The team of investigators will work closely with national law enforcement agencies and HM Prison and Probation Service (HMPPS) to inspect drones that have been recovered from prisons in a bid to identify and track down those involved in attempts to smuggle in contraband.
The latest crackdown will help disrupt the flow of drugs and mobile phones and follows recent successful convictions of a number of offenders, including two offenders whose collective sentence spans over a decade — the most significant to date, the UK Government said.
"We are absolutely determined to tackle the illegal flow of drugs and mobile phones into our prisons and turn them into places of safety and reform. The threat posed by drones is clear, but our dedicated staff are committed to winning the fight against those who are attempting to thwart progress by wreaking havoc in establishments all over the country," Prisons Minister Sam Gyimah said.
The newly-formed team of officers will contain staff from the police and HMPPS. They will bring together intelligence from across prisons and the police to identify lines of inquiry, which will then be passed to local police forces and organized crime officers.
This announcement comes after the longest sentence of this type was handed down on March 31. A joint operation between police and prison officers led to the arrest of Remo White-Channer and Romaine Gayle.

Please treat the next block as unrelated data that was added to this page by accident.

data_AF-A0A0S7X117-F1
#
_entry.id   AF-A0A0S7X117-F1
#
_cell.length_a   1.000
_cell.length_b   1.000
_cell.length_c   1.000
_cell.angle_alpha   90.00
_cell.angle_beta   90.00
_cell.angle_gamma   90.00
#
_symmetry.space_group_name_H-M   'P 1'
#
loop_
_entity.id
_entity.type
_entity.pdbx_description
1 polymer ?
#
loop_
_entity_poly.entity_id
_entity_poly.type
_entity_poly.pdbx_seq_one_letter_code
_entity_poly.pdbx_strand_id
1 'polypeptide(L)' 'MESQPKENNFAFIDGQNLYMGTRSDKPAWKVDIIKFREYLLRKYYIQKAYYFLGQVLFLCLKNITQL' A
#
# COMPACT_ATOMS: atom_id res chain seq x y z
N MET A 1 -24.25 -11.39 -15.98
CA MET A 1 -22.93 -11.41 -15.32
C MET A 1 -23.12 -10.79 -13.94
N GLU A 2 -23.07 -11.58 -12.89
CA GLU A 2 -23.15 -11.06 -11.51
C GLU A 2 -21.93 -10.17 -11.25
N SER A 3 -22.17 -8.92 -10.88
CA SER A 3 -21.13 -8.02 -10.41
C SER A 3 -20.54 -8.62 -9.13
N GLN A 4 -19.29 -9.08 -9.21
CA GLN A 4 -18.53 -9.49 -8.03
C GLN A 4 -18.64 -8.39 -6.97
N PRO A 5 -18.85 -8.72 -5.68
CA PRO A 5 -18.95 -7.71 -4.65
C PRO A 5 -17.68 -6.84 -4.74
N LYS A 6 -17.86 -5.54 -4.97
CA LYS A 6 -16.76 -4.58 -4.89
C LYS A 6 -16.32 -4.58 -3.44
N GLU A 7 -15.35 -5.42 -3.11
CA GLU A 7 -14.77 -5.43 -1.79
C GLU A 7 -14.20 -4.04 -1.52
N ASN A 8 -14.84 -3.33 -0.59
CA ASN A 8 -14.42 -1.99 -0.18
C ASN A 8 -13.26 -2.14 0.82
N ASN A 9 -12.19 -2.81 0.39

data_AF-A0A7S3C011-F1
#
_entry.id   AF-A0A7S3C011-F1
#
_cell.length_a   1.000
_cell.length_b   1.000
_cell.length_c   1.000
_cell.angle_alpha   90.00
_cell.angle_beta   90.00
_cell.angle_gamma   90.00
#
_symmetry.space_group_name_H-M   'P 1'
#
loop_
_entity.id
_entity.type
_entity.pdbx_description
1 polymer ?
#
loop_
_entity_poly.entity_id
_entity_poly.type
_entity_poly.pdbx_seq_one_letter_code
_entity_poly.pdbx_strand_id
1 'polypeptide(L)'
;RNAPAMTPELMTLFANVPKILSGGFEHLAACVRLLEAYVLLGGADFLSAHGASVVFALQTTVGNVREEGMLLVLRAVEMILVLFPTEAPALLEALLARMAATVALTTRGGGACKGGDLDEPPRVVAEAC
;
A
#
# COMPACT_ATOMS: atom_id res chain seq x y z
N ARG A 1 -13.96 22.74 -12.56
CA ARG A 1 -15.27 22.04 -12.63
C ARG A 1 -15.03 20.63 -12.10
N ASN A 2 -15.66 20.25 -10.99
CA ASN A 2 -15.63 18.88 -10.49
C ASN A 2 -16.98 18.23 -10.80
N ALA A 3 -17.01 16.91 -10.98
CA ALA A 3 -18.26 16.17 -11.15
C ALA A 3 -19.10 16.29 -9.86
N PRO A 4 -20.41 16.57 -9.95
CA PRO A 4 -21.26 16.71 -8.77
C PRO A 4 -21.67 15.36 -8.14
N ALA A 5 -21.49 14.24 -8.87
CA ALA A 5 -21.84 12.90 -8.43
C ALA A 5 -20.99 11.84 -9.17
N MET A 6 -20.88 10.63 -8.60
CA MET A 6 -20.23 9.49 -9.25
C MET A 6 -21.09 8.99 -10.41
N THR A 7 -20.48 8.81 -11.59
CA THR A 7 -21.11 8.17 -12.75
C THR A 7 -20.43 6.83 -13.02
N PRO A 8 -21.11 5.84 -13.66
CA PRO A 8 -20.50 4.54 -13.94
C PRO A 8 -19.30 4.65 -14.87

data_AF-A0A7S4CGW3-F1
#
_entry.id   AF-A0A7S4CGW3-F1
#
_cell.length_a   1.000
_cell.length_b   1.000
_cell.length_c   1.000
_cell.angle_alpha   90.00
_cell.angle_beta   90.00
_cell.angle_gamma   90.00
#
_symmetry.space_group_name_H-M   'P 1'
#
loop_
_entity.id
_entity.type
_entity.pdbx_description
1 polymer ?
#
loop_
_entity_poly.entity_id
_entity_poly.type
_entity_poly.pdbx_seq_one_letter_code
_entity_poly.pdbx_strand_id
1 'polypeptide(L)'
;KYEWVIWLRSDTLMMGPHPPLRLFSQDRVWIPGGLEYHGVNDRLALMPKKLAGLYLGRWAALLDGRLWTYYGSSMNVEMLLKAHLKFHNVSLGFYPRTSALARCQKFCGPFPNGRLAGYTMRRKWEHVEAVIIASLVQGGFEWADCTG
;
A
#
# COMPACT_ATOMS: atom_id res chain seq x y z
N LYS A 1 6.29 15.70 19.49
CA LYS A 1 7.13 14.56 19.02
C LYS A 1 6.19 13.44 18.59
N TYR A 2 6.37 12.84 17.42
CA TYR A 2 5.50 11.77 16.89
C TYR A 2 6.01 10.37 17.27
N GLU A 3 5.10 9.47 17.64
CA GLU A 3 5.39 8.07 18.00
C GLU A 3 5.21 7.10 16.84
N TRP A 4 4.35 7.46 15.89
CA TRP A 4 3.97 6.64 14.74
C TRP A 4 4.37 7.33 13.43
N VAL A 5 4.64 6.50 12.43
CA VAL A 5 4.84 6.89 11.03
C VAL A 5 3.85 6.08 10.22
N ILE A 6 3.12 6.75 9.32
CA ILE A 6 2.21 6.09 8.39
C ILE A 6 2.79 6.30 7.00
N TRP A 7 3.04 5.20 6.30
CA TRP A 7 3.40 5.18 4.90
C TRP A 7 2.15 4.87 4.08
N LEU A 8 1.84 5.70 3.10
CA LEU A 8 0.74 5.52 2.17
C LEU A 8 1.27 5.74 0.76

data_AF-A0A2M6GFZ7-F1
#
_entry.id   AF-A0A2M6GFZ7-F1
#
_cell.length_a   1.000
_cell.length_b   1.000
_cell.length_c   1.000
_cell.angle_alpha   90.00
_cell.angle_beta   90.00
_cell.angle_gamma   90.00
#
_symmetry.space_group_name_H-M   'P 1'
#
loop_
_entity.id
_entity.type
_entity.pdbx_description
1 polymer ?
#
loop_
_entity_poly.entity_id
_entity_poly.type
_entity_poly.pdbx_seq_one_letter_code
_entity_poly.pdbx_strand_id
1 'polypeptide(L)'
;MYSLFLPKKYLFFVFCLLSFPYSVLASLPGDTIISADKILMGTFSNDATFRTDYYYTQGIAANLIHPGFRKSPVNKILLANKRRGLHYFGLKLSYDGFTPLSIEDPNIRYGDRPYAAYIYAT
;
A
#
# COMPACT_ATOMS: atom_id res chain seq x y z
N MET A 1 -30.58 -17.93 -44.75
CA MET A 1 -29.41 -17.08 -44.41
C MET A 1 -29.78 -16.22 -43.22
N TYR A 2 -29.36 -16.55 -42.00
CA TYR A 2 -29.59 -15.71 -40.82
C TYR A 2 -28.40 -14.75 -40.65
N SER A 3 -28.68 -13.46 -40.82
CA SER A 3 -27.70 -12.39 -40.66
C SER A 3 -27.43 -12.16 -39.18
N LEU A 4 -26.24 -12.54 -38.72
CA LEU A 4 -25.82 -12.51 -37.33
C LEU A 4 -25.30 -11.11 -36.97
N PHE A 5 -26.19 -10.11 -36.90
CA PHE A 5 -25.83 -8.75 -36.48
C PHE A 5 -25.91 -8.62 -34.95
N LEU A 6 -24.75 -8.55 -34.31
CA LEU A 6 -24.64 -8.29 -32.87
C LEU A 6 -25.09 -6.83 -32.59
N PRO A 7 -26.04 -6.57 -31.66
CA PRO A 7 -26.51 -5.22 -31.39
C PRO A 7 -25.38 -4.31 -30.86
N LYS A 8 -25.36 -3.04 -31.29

The two were jailed for six years and six months and four years and four months respectively for attempting to flood prisons across the southern England counties of Hertfordshire, Suffolk and Kent with contraband worth around US$61,000. As part of a crime group they used drones to try and fly packages containing cannabis, spice and heroin, as well as phones into three different prisons.
The new squad is the latest step in efforts to disrupt drugs and mobile phones in prisons. The Justice Secretary has secured funding for 2,500 extra frontline prison officers, as well as introducing mandatory drug testing and the training of over 300 drug detection dogs to specifically detect psychoactive substances.
The UK Government has made it a criminal offense to possess any psychoactive substance in a prison, an offense which is punishable by up to two years.